New Guideline Addresses Microscopic Colitis Management

Laurie Barclay, MD

December 18, 2015

A new American Gastroenterological Association Institute guideline on the medical management of microscopic colitis supports the first-line use of budesonide for induction and, when appropriate, maintenance therapy. The guideline appears in the January 2016 issue of Gastroenterology.

Microscopic colitis, which is characterized by chronic watery diarrhea caused by inflammation in the colon and diagnosed by colonic biopsy, affects predominantly those older than 60 years, with a prevalence ranging from 48 to 219 per 100,000, the guideline authors report. Although it is not associated with increased mortality, symptoms can reduce quality of life.

"Unlike other inflammatory colitides, there is no evidence that the persistence of histological inflammation portends long-term unfavorable outcomes such as colorectal cancer or need for surgery," Geoffrey C. Nguyen, MD, PhD, from the Mount Sinai Hospital Centre for Inflammatory Bowel Disease, University of Toronto, Ontario, Canada, and colleagues write. "Accordingly, the goal of medical therapy reflected in these recommendations is to relieve symptoms and improve quality of life while minimizing drug-related adverse effects."

Specific recommendations include:

  • For symptomatic patients, treatment with budesonide is preferable to no treatment, or to treatment with mesalamine, to induce clinical remission.

  • In symptomatic patients for whom budesonide therapy is not feasible, treatment with mesalamine, bismuth salicylate, or prednisolone (or prednisone) is preferable to no treatment to induce clinical remission.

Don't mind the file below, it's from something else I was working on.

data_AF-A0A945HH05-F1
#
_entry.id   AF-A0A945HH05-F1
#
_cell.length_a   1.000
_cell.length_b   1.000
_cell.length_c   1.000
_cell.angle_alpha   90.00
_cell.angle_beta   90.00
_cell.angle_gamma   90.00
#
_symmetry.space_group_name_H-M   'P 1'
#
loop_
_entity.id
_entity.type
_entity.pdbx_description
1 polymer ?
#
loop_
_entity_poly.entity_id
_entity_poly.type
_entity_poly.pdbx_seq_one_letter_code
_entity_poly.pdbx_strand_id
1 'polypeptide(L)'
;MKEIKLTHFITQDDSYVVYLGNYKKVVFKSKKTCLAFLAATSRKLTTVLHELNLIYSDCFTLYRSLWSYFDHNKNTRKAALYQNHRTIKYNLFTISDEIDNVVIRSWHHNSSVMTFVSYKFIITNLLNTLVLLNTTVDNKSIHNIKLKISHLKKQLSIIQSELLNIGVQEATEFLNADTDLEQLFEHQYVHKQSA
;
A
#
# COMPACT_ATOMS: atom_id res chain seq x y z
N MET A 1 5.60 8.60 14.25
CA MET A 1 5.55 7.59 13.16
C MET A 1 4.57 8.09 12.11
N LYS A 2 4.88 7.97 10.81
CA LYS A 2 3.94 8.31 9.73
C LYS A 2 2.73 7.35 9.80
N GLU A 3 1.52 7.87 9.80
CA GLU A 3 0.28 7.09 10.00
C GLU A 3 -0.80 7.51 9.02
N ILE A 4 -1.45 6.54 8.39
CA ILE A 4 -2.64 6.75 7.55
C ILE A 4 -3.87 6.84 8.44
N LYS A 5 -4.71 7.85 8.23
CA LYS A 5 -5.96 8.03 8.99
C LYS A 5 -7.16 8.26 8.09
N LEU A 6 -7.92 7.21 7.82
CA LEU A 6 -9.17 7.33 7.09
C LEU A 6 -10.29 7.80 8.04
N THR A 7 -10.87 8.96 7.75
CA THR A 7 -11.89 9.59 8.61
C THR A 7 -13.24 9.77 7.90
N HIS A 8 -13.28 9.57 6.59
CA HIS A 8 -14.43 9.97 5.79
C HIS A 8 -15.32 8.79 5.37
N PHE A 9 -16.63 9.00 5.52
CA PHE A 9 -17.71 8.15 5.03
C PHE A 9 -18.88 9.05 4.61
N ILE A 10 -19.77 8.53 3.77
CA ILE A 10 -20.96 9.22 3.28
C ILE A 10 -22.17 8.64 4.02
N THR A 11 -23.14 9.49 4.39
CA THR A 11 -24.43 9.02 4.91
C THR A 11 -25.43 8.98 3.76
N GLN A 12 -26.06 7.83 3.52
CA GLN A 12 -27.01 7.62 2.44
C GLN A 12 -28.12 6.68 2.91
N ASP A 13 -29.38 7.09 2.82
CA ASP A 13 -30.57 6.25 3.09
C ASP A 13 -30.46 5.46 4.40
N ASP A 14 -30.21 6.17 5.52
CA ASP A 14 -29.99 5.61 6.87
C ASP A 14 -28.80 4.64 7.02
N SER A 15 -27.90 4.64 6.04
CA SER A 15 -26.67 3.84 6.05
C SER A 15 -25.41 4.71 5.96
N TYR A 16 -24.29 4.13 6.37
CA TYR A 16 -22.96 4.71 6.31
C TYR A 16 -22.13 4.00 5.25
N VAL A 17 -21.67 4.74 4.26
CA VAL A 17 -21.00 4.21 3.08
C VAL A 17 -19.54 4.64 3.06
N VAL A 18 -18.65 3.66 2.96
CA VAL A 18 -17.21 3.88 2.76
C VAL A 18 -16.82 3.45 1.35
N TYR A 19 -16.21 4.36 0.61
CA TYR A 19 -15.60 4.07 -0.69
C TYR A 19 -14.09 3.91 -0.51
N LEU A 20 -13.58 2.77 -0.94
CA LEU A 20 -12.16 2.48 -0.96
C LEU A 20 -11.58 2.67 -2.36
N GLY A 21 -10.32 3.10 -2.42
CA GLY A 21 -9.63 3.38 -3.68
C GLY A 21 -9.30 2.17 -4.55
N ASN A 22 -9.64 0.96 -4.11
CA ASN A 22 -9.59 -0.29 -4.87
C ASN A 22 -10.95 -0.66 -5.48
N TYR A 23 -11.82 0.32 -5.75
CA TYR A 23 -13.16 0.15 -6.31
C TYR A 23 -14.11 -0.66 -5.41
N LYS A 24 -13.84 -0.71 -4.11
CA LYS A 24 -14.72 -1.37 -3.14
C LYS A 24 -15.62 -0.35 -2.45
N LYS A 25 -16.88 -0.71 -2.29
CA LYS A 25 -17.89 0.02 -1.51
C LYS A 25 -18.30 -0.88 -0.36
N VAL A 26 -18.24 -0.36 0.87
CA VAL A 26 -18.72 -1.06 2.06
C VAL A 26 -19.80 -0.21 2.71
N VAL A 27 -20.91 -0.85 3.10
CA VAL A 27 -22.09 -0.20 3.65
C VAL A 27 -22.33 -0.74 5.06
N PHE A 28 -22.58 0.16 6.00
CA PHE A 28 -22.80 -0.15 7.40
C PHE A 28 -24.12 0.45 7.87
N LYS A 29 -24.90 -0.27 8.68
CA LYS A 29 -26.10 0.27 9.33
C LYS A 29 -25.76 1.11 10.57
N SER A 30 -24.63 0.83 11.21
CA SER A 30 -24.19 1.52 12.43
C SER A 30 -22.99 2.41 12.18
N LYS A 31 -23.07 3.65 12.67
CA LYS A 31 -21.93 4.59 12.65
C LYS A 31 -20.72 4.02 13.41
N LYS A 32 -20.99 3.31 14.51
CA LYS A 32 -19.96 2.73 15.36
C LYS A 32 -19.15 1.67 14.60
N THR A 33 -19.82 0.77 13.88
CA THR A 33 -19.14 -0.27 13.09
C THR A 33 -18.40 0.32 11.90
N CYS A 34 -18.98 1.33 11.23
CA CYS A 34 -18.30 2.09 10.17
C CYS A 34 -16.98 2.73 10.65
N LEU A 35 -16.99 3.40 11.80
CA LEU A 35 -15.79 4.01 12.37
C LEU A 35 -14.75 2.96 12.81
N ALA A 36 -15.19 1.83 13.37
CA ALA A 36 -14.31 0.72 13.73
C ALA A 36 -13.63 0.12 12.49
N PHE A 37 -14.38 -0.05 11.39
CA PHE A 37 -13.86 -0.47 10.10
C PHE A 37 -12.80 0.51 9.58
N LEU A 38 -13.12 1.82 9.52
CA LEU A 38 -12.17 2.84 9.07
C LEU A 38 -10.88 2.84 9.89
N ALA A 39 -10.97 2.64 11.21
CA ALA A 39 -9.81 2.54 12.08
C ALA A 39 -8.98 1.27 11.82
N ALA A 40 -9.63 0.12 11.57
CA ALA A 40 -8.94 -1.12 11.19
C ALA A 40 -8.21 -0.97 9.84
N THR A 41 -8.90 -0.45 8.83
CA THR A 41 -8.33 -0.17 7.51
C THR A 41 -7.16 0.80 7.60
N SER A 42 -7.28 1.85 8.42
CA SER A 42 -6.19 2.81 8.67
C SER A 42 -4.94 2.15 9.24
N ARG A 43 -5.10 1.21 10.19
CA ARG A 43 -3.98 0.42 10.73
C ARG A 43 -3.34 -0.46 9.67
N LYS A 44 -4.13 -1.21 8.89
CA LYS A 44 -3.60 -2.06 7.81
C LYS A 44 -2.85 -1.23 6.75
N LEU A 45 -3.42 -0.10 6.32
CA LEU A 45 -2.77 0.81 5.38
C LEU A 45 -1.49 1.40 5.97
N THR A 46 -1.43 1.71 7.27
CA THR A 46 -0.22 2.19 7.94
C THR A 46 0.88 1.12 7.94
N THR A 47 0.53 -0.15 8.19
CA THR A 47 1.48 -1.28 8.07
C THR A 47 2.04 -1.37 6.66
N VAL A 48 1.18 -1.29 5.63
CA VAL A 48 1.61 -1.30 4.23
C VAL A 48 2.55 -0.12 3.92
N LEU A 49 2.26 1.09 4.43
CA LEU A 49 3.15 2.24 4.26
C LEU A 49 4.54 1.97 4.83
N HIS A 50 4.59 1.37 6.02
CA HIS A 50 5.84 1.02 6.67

• In symptomatic patients, the American Gastroenterological Association suggests against combination therapy with cholestyramine and mesalamine, vs mesalamine alone, to induce clinical remission.

  • In symptomatic patients, the association suggests against treatment with Boswellia serrata or probiotics vs no treatment to induce clinical remission.

  • For patients with recurrent symptoms when induction therapy for microscopic colitis is discontinued, the association recommends budesonide to maintain clinical remission.

"Because the technical review and guideline focused on treatments assessed in clinical trials, it did not address the full armamentarium of therapies currently used in practice," Dr Nguyen and colleagues write. "We would endorse clinical trials that more rigorously assess the effectiveness of lower-cost alternatives such as antidiarrheal agents (eg, loperamide) and cholestyramine monotherapy with accompanying cost-effective analyses."

The authors have disclosed no relevant financial relationships.

Gastroenterology. 2016;150:242-246. Full text

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